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RED SOX NOTEBOOK

Alex Cora arrives in camp and touches on a few topics, including the bullpen

Alex Cora will keep his expectations high, but his message will be a little different this season.
Alex Cora will keep his expectations high, but his message will be a little different this season.(jim davis/globe staff file)

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FORT MYERS, Fla. — Alex Cora was in Miami last week to attend an alumni function at the University of Miami and participate in fund-raising activities for the Ari Arteaga Foundation.

The Red Sox manager theoretically had a few days off before spring training formally opened. But Cora was soon driving west on Alligator Alley toward JetBlue Park.

“Just looking forward to get to work and have fun this spring,” Cora said Monday after watching an informal workout.

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Chris Sale was among the pitchers who threw off the mound, and Cora was in the bullpen to take a look. He then walked over to the adjacent agility field to watch players run sprints.

Monday was a day for hugs and hellos. The instruction will start Wednesday when pitchers and catchers have their first workout.

“Just being around today, I’m very excited,” Cora said. “It sounds cool to say everybody is in great shape and ready to roll.

“To do this thing, we have to turn the page, and when your big boys — David [Price] and Chris and Nate [Eovaldi] and Rick [Porcello] and Mookie [Betts], J.D. [Martinez] — that’s all they talk about, looking forward to 2019. That makes it easier for me to sit down with these guys and send a message.”

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Cora said that message would be different this season after winning the World Series. But the goal is to set high expectations in much the same way he did a year ago.

As to one specific issue, Cora spoke in general terms. He declined to say whether Matt Barnes or Ryan Brasier would replace free agent Craig Kimbrel as the closer.

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“For me, it’s too early to answer that one,” Cora said. “I have to talk to the players first before I answer that. We have some capable guys that can get outs in the seventh, eighth, and ninth inning.

“What Barnesie did last year was amazing. If you start looking where he pitched during the regular season and during the playoffs, getting the three, four, or fifth [batter] from the seventh inning on, he was amazing.”

Related: Looking for a good bullpen investment strategy? There isn’t one

Outside of righthander Colten Brewer, who had 11 major league games with the San Diego Padres, the Sox have yet to add any relievers to their 40-man roster to replace Kimbrel, who remains unsigned, and Joe Kelly, who signed with the Los Angeles Dodgers.

But Cora believes the minor league players in camp have potential.

“We’ve got some stuff,” he said. “Today I saw a few guys, interesting guys, that we do feel that their stuff is going to play at the big-league level.

“We have the whole spring training to figure out how. But as far as talent, I do feel there’s a lot of good stuff there. Good fastballs and breaking balls. The way we attack hitters, we have to mold these guys and maximize their abilities. It’ll be a fun spring training as far as that.”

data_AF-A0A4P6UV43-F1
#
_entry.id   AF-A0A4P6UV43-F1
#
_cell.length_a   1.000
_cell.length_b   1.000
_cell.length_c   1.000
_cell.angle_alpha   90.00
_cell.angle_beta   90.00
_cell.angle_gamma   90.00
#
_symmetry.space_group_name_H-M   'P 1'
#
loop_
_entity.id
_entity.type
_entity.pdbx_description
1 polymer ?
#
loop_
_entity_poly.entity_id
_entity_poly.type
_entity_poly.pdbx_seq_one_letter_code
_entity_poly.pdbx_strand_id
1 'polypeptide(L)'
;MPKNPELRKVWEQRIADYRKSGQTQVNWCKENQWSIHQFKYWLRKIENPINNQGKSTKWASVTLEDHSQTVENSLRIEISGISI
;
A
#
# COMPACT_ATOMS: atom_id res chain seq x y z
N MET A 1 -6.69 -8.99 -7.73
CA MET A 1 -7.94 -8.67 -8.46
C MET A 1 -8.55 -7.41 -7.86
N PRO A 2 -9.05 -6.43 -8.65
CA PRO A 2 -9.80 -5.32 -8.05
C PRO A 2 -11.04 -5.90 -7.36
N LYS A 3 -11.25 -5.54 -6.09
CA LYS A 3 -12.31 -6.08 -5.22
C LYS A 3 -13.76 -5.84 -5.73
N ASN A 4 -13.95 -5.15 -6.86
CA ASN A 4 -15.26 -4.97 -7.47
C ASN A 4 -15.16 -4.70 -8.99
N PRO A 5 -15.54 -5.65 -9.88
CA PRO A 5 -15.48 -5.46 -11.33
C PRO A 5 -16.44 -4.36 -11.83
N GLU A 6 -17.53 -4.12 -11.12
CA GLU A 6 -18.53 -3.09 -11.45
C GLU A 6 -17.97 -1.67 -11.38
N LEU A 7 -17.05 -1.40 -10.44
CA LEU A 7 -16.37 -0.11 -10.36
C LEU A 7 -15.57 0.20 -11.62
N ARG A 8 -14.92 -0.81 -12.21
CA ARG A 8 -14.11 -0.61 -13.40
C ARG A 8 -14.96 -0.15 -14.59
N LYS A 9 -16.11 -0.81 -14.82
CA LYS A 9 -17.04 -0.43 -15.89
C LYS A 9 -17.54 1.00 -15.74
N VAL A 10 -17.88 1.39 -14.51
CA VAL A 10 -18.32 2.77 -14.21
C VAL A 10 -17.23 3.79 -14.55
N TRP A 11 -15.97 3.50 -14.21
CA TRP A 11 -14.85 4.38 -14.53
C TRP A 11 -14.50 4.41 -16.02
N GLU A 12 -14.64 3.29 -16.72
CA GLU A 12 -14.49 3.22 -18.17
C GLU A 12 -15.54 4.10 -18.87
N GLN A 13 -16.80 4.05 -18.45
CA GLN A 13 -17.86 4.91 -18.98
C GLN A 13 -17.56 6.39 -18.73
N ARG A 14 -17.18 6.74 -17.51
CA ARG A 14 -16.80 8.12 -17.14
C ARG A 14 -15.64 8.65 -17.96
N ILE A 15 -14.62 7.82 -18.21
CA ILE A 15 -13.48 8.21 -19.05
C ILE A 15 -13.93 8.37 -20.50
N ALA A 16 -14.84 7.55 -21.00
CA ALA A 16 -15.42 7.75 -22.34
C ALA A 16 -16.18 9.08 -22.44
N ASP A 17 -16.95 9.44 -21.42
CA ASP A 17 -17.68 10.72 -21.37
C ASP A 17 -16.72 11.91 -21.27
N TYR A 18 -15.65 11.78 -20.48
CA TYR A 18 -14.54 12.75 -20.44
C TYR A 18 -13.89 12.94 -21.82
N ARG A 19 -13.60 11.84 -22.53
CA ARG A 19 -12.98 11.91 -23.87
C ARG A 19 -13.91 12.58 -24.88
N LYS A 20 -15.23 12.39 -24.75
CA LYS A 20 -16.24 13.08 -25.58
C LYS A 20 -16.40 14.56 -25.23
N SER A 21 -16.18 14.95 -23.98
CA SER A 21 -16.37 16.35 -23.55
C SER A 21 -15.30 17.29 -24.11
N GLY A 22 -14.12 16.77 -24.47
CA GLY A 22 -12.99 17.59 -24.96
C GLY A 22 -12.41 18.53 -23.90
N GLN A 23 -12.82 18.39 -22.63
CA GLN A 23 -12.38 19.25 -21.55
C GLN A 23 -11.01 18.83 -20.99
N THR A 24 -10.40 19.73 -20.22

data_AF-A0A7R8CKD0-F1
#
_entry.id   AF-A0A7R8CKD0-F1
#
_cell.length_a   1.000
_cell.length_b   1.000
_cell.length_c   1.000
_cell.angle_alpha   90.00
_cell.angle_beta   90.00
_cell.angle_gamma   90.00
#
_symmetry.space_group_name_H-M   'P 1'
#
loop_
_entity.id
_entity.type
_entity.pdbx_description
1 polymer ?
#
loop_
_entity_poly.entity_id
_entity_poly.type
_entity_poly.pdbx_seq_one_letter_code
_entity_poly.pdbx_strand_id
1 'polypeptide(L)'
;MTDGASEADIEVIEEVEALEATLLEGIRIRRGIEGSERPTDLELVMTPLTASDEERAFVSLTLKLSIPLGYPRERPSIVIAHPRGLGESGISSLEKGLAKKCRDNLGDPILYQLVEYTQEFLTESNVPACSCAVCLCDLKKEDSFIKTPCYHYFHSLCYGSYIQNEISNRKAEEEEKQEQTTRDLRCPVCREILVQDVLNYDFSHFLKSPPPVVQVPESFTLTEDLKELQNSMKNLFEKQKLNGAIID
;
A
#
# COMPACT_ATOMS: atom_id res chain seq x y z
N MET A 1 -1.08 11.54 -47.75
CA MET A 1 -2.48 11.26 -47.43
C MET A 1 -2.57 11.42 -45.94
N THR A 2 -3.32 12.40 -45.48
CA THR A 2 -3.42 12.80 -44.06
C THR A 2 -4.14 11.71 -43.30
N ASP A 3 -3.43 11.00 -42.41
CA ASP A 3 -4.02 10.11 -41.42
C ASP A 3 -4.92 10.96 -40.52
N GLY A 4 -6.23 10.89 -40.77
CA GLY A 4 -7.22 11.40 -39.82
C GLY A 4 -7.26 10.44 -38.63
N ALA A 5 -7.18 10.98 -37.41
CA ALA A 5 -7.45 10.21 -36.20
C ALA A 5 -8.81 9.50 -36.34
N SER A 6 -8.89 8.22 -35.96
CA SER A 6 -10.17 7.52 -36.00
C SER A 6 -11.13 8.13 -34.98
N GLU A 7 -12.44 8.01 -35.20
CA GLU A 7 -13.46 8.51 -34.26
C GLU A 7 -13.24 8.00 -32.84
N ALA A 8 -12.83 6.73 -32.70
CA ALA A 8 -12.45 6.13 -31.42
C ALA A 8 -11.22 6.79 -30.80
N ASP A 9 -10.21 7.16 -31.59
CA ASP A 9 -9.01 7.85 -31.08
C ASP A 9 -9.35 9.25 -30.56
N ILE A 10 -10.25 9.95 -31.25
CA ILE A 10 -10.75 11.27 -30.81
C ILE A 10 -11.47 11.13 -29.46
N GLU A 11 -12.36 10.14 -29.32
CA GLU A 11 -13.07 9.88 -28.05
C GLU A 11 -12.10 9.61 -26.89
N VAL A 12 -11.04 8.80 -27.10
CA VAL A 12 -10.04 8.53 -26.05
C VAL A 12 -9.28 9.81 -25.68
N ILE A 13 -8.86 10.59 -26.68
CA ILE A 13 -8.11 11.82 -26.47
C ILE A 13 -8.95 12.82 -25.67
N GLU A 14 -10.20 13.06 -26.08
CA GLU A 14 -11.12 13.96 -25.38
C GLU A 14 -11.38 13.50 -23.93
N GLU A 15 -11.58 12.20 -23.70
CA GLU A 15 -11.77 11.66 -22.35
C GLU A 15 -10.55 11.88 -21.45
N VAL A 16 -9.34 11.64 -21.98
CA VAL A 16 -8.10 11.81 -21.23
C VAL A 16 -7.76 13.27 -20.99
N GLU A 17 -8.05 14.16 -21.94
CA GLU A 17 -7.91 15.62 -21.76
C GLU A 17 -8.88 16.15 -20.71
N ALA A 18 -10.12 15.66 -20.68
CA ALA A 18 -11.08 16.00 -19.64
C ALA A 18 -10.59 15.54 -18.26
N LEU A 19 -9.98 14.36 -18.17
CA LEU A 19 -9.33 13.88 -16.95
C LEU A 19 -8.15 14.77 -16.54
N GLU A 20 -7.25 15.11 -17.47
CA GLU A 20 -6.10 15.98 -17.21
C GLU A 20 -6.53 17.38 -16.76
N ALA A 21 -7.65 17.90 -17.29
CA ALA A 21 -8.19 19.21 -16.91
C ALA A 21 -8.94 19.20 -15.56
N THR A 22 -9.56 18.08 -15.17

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Pedroia on the way

Dustin Pedroia told USA Today last week that he wanted to win the Comeback Player of the Year award after missing all but three games last season.

“I don’t know what he’s talking about,” Cora said with a smile.

While his braggadocio is apparently fine, the Sox want to see how Pedroia’s left knee is. He is scheduled to arrive in the next few days, earlier than expected.

“He feels he’s in a good spot,” Cora said. “We’ll see him here; we’ll see how we’re going to work with him. Obviously we have to take care of him, but at the same time we have to push him. He’s ready for that.”

Rodriguez ready

Oft-injured lefthander Eduardo Rodriguez arrived at camp having added upper-body muscle.

“Eddie looks great physically,” Cora said. “Everybody’s in the best shape of their life when they come to spring training. But he actually is in the best shape of his life.

“For the first time in a while, he was able to have a normal offseason. You can see it in his body.”

Back in the swing

That Marco Hernandez took some swings in the batting cage Monday was a hopeful sign. The 26-year-old infielder, once a promising hitter, is close to fully recovered from a left shoulder injury that required three rounds of surgery.

Hernandez spent the winter in Boston doing rehabilitation work and is on target to swing at live pitching before the end of the month. He has not played in a game since May 3, 2017.

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“Everything is much better,” Hernandez said. “I’ve done a lot of work.”

Hernandez was the player to be named later when the Sox traded Felix Doubront to the Chicago Cubs in 2014.

Early arrivals

Position players aren’t scheduled to report until Sunday but Brock Holt checked into camp and was on the field . . . Steven Wright arrived over the weekend and has been playing catch with a brace on his surgically repaired left knee . . . It was hard to tell on his foul-pole frame, but Cora said Sale gained weight . . . The Sox will use a sixth starter to start the season for at least one turn. They have an 11-game West Coast trip to start the season . . . Cora said he remains undecided whether to visit the White House on May 9.


Peter Abraham can be reached at pabraham@globe.com. Follow him on Twitter @PeteAbe.